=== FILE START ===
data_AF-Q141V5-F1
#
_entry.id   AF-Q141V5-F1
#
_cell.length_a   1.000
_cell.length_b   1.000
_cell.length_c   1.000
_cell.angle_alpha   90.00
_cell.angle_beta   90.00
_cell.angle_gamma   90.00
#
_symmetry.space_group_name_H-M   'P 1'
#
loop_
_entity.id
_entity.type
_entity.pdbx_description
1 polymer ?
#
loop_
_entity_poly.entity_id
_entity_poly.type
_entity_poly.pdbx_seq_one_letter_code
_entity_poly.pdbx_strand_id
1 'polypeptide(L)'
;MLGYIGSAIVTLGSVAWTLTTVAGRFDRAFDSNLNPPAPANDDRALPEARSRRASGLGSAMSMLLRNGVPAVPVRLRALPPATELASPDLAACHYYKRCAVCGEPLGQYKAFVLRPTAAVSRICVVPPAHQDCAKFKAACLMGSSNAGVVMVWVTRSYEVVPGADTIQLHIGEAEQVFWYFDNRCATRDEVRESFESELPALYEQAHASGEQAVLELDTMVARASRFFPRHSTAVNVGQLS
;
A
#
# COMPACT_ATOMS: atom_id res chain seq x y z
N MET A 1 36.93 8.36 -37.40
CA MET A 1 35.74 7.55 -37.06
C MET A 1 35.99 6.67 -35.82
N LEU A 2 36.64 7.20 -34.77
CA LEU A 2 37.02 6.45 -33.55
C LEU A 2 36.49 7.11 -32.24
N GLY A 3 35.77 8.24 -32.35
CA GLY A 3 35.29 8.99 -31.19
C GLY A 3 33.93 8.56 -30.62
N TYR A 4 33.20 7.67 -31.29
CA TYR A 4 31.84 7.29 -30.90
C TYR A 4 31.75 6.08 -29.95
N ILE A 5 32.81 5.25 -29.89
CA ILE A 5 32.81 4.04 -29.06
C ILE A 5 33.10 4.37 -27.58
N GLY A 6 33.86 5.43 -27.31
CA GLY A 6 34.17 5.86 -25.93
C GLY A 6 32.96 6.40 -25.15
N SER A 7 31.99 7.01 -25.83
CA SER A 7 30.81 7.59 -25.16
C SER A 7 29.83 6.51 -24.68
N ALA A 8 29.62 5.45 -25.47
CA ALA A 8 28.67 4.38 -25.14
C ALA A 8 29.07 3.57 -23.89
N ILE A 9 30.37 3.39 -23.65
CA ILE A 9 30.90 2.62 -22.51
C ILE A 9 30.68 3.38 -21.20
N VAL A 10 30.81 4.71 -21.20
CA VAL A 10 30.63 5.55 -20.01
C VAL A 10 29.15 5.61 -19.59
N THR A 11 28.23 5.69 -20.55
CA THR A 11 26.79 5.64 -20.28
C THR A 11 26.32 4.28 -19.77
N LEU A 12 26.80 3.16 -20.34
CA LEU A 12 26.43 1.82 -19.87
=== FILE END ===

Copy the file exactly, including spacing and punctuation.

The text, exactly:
data_AF-Q141V5-F1
#
_entry.id   AF-Q141V5-F1
#
_cell.length_a   1.000
_cell.length_b   1.000
_cell.length_c   1.000
_cell.angle_alpha   90.00
_cell.angle_beta   90.00
_cell.angle_gamma   90.00
#
_symmetry.space_group_name_H-M   'P 1'
#
loop_
_entity.id
_entity.type
_entity.pdbx_description
1 polymer ?
#
loop_
_entity_poly.entity_id
_entity_poly.type
_entity_poly.pdbx_seq_one_letter_code
_entity_poly.pdbx_strand_id
1 'polypeptide(L)'
;MLGYIGSAIVTLGSVAWTLTTVAGRFDRAFDSNLNPPAPANDDRALPEARSRRASGLGSAMSMLLRNGVPAVPVRLRALPPATELASPDLAACHYYKRCAVCGEPLGQYKAFVLRPTAAVSRICVVPPAHQDCAKFKAACLMGSSNAGVVMVWVTRSYEVVPGADTIQLHIGEAEQVFWYFDNRCATRDEVRESFESELPALYEQAHASGEQAVLELDTMVARASRFFPRHSTAVNVGQLS
;
A
#
# COMPACT_ATOMS: atom_id res chain seq x y z
N MET A 1 36.93 8.36 -37.40
CA MET A 1 35.74 7.55 -37.06
C MET A 1 35.99 6.67 -35.82
N LEU A 2 36.64 7.20 -34.77
CA LEU A 2 37.02 6.45 -33.55
C LEU A 2 36.49 7.11 -32.24
N GLY A 3 35.77 8.24 -32.35
CA GLY A 3 35.29 8.99 -31.19
C GLY A 3 33.93 8.56 -30.62
N TYR A 4 33.20 7.67 -31.29
CA TYR A 4 31.84 7.29 -30.90
C TYR A 4 31.75 6.08 -29.95
N ILE A 5 32.81 5.25 -29.89
CA ILE A 5 32.81 4.04 -29.06
C ILE A 5 33.10 4.37 -27.58
N GLY A 6 33.86 5.43 -27.31
CA GLY A 6 34.17 5.86 -25.93
C GLY A 6 32.96 6.40 -25.15
N SER A 7 31.99 7.01 -25.83
CA SER A 7 30.81 7.59 -25.16
C SER A 7 29.83 6.51 -24.68
N ALA A 8 29.62 5.45 -25.47
CA ALA A 8 28.67 4.38 -25.14
C ALA A 8 29.07 3.57 -23.89
N ILE A 9 30.37 3.39 -23.65
CA ILE A 9 30.90 2.62 -22.51
C ILE A 9 30.68 3.38 -21.20
N VAL A 10 30.81 4.71 -21.20
CA VAL A 10 30.63 5.55 -20.01
C VAL A 10 29.15 5.61 -19.59
N THR A 11 28.23 5.69 -20.55
CA THR A 11 26.79 5.64 -20.28
C THR A 11 26.32 4.28 -19.77
N LEU A 12 26.80 3.16 -20.34
CA LEU A 12 26.43 1.82 -19.87